Round 2 – Group 12
Pidgeon-holed into some poppy rotation
Covering Slim’s breakthrough albums, 2005’s Curtain Call is the rapper’s first compilation album. Ha, the irony of mocking pop acts whilst becoming one himself. Sure, some of these tracks pushed pop into a new edgy direction but remain pop nonetheless. There are some big hitters here, Stan, Cleaning Out My Closet, Real Slim Shady plus some of his chart collaborations like Guilty Conscience (with Dr. Dre) and the club beat rap of Shake That with Nate Dogg (don’t forget the ‘double g’).
On the whole I find his studio albums much more captivating than this compilation but there’s still enough quality here to just about see off Goldfinger and secure second place in this group.
Amused To Death has those dark passages similar to The Wall but doesn’t use them anywhere near as effectively as that Floyd classic. This album is too busy, too sample-heavy which slows down the action much too frequently.
Is it fair to call this album a poorer rehash of The Wall?
In places the album does get pretty good, especially the tracks with soaring guitar solos like What God Whats Part 3 but despite its powerful (albeit, slightly confusing) messages, it doesn’t retain the same level of engagement throughout that The Wall seems to somehow command.
Anti-establishment. Anti-war. Anti-Religion(?) Anti-capitalism(?) What’s with all the monkey noises? Amused To Death remains a brave prog-rock melting pot of angst, depicting Roger’s far reaching opinions on the above themes. An album that you can occasionally listen to and enjoy but nowhere near a classic and easily bettered by the other three albums here.
These are the words of Captain Blunt
Blunt went slightly more upbeat with his 3rd album Some Kind Of Trouble. Blunt summised that the best way to follow those first two superb albums (Back To Bedlam & All The Lost Souls) is to take a slightly different approach and that pays off hansomly here.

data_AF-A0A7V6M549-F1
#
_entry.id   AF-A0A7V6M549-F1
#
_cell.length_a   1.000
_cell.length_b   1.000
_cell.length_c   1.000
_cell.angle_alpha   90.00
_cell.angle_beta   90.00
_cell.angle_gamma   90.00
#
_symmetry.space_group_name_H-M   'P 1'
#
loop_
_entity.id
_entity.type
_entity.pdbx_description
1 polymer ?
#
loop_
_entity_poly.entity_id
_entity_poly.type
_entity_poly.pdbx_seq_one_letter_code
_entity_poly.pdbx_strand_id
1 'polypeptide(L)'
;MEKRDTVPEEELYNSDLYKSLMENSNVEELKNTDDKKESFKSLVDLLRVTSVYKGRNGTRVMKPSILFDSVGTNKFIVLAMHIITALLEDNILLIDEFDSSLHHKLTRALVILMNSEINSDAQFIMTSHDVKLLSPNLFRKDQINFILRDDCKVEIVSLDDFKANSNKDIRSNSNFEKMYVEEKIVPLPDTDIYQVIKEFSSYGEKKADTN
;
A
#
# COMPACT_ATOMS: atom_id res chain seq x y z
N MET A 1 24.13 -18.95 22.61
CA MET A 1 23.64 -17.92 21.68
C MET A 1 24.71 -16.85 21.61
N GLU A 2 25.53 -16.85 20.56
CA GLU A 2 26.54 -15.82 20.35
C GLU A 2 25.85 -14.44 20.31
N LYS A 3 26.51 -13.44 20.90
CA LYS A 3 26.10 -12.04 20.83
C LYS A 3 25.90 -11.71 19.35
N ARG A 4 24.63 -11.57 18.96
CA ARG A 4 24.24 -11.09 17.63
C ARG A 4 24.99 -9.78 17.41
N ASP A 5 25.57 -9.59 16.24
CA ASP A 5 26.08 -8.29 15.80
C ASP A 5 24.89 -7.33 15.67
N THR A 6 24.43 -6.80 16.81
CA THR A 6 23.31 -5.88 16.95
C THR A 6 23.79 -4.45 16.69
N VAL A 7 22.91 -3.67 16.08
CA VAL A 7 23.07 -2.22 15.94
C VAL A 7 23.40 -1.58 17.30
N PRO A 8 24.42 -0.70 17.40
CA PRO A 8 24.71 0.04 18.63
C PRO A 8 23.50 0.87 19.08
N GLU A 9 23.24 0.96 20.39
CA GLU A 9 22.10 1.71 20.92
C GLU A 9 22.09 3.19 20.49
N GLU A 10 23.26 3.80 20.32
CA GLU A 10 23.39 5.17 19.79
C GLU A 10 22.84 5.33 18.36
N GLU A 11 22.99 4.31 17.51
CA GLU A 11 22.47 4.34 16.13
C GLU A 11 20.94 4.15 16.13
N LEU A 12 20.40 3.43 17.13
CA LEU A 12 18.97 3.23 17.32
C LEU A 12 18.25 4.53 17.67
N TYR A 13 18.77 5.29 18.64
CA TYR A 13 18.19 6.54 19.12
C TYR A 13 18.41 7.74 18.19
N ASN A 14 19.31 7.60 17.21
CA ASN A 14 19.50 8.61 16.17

The record sounds gorgeous instrumentally and features some clinically good stuff such as Heart Of Gold, These Are The Words and the superb Best Laid Plans.
Elsewhere tracks like So Far Gone, I’ll Be Your Man and Stay The Night dramatically lower the intensity compared against anything on those first two albums. This is way more cheery. A cracking little album, easily taking top spot in this group.
Ska’d for life
Goldfinger’s time in the sun during that American Pie era comedy was well deserved on the evidence of second studio album Hang-Ups (which remains the only Goldfinger album I’ve actually ever listened to).
It’s a bit of a spunky little album with plenty of punk angst and a couple of ‘fuck-you!’s. But also crucially, it contains some well delivered rock songs and memorable highlights like 20c Goodbye and Carlita. Including plenty of brass segments, layered throughout and between the guitar rock, makes this possibly my most favourite Ska punk album (although that’s not much praise, as I usually find Ska punk to be pathetically devoid of any genuine musicality). This though, is a good little album which was only just bettered by Slim’s big hitting greatest hits compilation.